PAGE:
A Metro Transit city bus glides through downtown Minneapolis. Fourteen of 17 bus routes serving Minnetonka go downtown, but that might soon change.

Brendan Sullivan, Special To The Star Tribune


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Metro Transit may expand bus service in Minnetonka

  • Article by: KELLY SMITH
  • Star Tribune
  • May 26, 2012 - 6:51 PM

More Metro Transit buses may be in Minnetonka in the near future.

As in other outer-ring suburbs, most of the buses serving the city are for commuters or students heading to downtown Minneapolis or the University of Minnesota during peak travel times. Fourteen of 17 bus routes serving Minnetonka go downtown. The rest of the routes mostly serve eastern Minnetonka during the day.

That leaves residents like Yelian Akpovo, who lives in an apartment on the north side of the city, wanting more mid-day bus options so she can run errands or shop.

"The transit here is pretty good, but I'd like to go more places," said Akpovo, who was one of several residents at a public input session last week.

Fewer than 4 percent of Minnetonka households don't have access to a car, but Metro Transit senior planner Steve Mahowald said there are places, such as low-income apartment complexes or senior housing, that could benefit from more mid-day options.

"We know there's a need," he said.

Metro Transit paid $78,000 to national company, Nelson/Nygaard Consulting Associates, to analyze bus services in other similar cities -- Eden Prairie, Plymouth, Blaine and six suburbs of Denver, Los Angeles, Seattle, Cleveland and Boston. It's the first time Metro Transit has conducted such a national review of local suburban services, Mahowald said.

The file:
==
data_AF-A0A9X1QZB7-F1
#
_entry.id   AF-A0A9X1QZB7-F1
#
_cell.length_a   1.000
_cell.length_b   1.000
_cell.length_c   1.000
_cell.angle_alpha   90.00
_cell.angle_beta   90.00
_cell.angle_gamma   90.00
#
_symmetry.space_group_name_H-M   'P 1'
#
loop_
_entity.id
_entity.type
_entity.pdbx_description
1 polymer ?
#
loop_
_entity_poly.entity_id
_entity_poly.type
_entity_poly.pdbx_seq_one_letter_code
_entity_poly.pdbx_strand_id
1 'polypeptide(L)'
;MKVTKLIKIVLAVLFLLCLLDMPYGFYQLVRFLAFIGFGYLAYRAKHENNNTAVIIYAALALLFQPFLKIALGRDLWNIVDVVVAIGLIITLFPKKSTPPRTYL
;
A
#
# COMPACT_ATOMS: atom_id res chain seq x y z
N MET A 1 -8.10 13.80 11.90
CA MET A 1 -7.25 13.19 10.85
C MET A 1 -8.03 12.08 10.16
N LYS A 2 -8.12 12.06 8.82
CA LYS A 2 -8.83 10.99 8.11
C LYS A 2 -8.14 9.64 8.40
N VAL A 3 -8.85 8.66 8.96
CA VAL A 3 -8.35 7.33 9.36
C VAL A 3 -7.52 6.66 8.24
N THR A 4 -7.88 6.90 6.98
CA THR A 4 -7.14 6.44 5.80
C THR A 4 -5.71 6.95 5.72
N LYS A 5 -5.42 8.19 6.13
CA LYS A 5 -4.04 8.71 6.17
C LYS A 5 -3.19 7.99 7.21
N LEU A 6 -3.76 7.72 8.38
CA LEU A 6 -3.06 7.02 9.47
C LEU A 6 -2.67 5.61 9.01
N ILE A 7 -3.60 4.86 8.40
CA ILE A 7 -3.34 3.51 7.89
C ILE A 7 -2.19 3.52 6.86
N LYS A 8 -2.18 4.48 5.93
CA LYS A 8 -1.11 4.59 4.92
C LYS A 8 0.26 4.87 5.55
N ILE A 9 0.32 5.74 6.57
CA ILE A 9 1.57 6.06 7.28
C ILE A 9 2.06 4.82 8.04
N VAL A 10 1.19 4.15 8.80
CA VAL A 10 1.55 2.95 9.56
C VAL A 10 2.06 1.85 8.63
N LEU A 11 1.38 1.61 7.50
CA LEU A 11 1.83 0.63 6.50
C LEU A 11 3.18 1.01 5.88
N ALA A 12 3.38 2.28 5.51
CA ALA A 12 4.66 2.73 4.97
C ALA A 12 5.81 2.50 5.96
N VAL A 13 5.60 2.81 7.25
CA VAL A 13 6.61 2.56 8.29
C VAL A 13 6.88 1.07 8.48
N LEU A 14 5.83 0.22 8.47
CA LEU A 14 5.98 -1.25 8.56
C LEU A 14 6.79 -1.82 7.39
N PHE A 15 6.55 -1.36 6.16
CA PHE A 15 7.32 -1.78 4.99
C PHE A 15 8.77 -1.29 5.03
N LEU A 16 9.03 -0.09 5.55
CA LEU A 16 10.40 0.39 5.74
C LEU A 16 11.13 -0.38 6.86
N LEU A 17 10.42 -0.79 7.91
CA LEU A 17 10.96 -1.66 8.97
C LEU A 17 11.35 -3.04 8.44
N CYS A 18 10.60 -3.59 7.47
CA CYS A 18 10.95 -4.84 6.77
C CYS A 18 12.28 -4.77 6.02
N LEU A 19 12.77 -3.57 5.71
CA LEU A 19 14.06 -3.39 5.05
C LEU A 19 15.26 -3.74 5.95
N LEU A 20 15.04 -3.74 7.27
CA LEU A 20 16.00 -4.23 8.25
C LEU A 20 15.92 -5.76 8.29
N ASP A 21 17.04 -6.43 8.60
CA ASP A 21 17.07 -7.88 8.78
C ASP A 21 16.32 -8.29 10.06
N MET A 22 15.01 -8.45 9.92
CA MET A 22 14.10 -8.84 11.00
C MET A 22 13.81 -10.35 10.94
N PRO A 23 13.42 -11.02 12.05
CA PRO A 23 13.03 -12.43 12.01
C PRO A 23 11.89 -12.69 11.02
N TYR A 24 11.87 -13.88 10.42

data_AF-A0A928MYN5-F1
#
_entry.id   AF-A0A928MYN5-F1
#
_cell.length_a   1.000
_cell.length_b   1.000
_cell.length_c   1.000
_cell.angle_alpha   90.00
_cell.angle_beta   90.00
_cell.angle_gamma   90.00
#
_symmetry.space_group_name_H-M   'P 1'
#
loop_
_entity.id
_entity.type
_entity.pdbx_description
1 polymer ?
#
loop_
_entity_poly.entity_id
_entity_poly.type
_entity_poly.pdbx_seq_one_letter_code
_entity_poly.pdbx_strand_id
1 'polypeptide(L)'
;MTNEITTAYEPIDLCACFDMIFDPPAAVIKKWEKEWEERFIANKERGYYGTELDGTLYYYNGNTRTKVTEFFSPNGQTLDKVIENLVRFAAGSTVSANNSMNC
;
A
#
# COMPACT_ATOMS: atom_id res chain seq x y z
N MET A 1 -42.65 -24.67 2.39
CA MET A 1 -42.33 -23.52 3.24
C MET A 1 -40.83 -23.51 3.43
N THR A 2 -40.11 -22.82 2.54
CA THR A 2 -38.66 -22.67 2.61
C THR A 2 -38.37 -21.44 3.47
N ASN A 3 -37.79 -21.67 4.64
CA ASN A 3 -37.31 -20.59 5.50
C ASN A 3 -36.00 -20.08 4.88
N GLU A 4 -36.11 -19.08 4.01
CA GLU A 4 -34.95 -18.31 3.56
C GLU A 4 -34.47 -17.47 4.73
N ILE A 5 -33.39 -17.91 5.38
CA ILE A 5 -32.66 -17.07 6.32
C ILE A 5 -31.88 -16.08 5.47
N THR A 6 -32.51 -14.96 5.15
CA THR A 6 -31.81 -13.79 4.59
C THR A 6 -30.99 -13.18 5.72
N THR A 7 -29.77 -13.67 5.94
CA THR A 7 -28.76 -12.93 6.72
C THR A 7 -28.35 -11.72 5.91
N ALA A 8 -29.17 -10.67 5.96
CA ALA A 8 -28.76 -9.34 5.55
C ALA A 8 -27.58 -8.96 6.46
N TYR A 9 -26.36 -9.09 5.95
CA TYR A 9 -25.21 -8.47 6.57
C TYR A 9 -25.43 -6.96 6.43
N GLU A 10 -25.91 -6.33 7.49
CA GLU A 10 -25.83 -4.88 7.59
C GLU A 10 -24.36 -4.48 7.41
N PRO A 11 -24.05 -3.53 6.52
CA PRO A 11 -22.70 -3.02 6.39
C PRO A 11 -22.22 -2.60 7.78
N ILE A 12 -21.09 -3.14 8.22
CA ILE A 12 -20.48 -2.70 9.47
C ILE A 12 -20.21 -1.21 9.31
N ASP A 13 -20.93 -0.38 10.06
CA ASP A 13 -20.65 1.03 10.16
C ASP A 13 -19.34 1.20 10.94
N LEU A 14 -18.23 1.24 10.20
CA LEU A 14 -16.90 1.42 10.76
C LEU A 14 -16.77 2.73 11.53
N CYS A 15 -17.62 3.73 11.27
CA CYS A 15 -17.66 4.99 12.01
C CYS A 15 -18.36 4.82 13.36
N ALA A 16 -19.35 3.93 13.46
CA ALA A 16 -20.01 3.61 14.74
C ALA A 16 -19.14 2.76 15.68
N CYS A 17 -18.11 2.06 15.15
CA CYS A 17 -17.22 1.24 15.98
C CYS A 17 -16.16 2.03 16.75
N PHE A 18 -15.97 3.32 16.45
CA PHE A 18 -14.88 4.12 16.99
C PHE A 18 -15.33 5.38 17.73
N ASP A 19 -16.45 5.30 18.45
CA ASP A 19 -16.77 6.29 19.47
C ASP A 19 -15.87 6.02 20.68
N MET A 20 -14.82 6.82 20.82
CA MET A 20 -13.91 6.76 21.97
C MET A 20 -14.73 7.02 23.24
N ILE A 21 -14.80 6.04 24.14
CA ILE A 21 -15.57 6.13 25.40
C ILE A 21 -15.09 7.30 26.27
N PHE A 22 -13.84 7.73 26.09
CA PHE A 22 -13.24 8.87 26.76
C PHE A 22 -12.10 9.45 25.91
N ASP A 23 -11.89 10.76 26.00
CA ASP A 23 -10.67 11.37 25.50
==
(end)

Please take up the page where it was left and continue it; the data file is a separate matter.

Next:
Years ago, Eden Prairie tried local busing beyond routes to downtown Minneapolis, but couldn't sustain it and it was cut, he said. Other cities have had success by anchoring bus routes to major destinations. For example, in Minnetonka, that could mean more routes between Ridgedale and a future Southwest Corridor light rail station in Eden Prairie.

"It tends to be a challenge in communities like Minnetonka," Mahowald said of adding public transportation.

In a city questionnaire, 19 percent of Minnetonka residents said in 2011 that they'd taken a bus in the past two years, with 13 percent riding a bus daily. Of bus riders, 28 percent took it to work, 51 percent took it to special events, the State Fair or sports events and 11 percent took it shopping.

While the transit study isn't complete yet, consultants are considering possible new local mid-day routes and extended or adjusted current routes.

By the end of June, they'll present recommendations to the Met Council and the city of Minnetonka. Then, they'll work on cost estimates and continue to get public input, he said. No changes would take effect before next March.

While resident James Lorenzen mostly uses Metro Transit buses to go to downtown Minneapolis for work every day, all the proposed routes would go by his house in west Minnetonka.

"Would I use it? Probably not, but it's an option," he said. "I think it would be helpful for a lot of people."

Kelly Smith • 612-673-4141 Twitter: @kellystrib

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